Beauty and the Beast Parent Review: Disney's New Live-Action Feature
Regardless of whether this movie gets raves or pans, if you have a princess-obsessed child in your home chances are you're seeing this movie in the theater—probably opening weekend. So let me get right to the good news: my 11-year-old daughter and I, both fans of the 1991 animated original, quite enjoyed Disney's live-action remake of Beauty and the Beast. It is, perhaps, overly faithful to the source material. But hey, if it ain't broke, right?
There really was no reason for Disney to reinvent this classic, since the sight of Hermione—er, Belle in her frilly yellow dress will probably catapult this movie to the top of the box office. However, this isn't a soulless brand-expanding cash grab, either. For all of its familiarity, Beauty and the Beast is lovely to look at and listen to, with a smattering of new songs and a fairly subtle injection of progressive politics.
Is it good for preschoolers? Is it worth splurging for IMAX? Be our guest and read on for our honest opinions.
Emma Watson plays the sweet Belle, and Luke Evans is Gaston.
Those who know the animated incarnation scene for scene and line for line may notice more differences than my family did. But for the most part, save for additional backstory about Belle's and the Beast's respective parents, the plot hews close to the 1991 movie. Though Emma Watson doesn't possess powerhouse pipes, she's a fine Belle, easily radiating intelligence and independence (hmmm, a bit like another literary character she played). Kevin Kline as her dad is a bit doddering but still charming. Josh Gad (Olaf!) is adorable and hilarious as Le Fou, the right-hand man of Gaston, played by Luke Evans—who, to be honest, came off as mean, not pompous, from the get-go,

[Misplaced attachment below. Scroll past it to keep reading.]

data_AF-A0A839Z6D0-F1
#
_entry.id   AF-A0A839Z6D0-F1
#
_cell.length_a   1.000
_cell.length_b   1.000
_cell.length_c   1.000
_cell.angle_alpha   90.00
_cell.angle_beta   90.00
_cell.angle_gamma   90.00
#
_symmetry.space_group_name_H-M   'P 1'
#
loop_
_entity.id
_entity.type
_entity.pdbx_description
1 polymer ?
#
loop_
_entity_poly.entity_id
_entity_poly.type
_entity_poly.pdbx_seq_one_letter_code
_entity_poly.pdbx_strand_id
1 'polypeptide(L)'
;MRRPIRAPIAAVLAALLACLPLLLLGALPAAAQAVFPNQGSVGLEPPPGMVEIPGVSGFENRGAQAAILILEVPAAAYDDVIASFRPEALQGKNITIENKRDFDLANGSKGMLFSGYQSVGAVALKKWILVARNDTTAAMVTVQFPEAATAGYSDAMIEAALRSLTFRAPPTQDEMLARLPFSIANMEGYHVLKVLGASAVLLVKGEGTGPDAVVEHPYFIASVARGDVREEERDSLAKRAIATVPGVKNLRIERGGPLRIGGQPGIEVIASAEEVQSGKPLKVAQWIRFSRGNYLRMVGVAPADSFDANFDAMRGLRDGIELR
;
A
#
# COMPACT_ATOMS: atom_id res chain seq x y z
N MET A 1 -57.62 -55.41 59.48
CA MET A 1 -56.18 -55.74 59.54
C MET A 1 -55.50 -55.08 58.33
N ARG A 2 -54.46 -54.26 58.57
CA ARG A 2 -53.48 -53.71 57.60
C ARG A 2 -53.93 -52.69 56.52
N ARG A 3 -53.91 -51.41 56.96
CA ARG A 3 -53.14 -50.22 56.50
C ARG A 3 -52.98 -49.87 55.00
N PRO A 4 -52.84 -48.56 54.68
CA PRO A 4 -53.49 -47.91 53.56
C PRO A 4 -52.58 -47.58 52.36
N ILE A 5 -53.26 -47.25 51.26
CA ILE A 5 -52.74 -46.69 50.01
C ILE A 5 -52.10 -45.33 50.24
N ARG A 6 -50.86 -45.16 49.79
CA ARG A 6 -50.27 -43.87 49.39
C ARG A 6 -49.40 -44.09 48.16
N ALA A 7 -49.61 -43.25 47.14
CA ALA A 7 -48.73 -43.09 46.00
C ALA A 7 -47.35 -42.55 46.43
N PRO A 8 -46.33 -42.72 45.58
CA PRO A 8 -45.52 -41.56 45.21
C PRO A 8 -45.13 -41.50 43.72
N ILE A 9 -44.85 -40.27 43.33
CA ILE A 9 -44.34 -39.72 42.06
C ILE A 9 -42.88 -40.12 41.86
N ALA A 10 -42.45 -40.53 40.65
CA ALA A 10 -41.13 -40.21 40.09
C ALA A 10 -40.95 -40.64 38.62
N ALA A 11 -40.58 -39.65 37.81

Belle, like so many heroines before her, pines for adventure and gets it when she goes in search of her missing father, who's been imprisoned by the Beast (Dan Stevens, unrecognizable save for those luminous blue eyes). Once Belle and her dad trade places, the rest of the movie is a slow-brewing romance between the title characters, as the Beast's enchanted staffers—all employees transformed into animated household wares—try to push them together in order to lift the curse on the castle.
Fans will appreciate the familiar scenes and songs now in live action.
The fact that this story is so well known means there's not much dramatic tension for most audiences. You never wonder will they or won't they. But you'll probably be marveling so much at the sumptuous visuals that you won't care. I've heard some people ask, why do a live-action version of this movie when so many of the characters—the Beast, Lumière, Cogsworth, and the rest of the servants—need to be CGI anyway? Well, they're still marvelous to behold and seem, at times, truly alive—so much so that you feel their anguish as they slowly become inanimate. The locales are stunning, especially the castle and the rolling hills of Belle's "provincial little town" (which culminates in a wonderful Sound of Music reference). "Be Our Guest," always a jaw-dropping production number, gets the full Busby Berkeley treatment with dishes, silverware, tables, and chairs all engaging in intricately choreographed moves. And scenes of peril—the mob of townspeople with torches, the two wolf pack attacks—are even more terrifying in live action.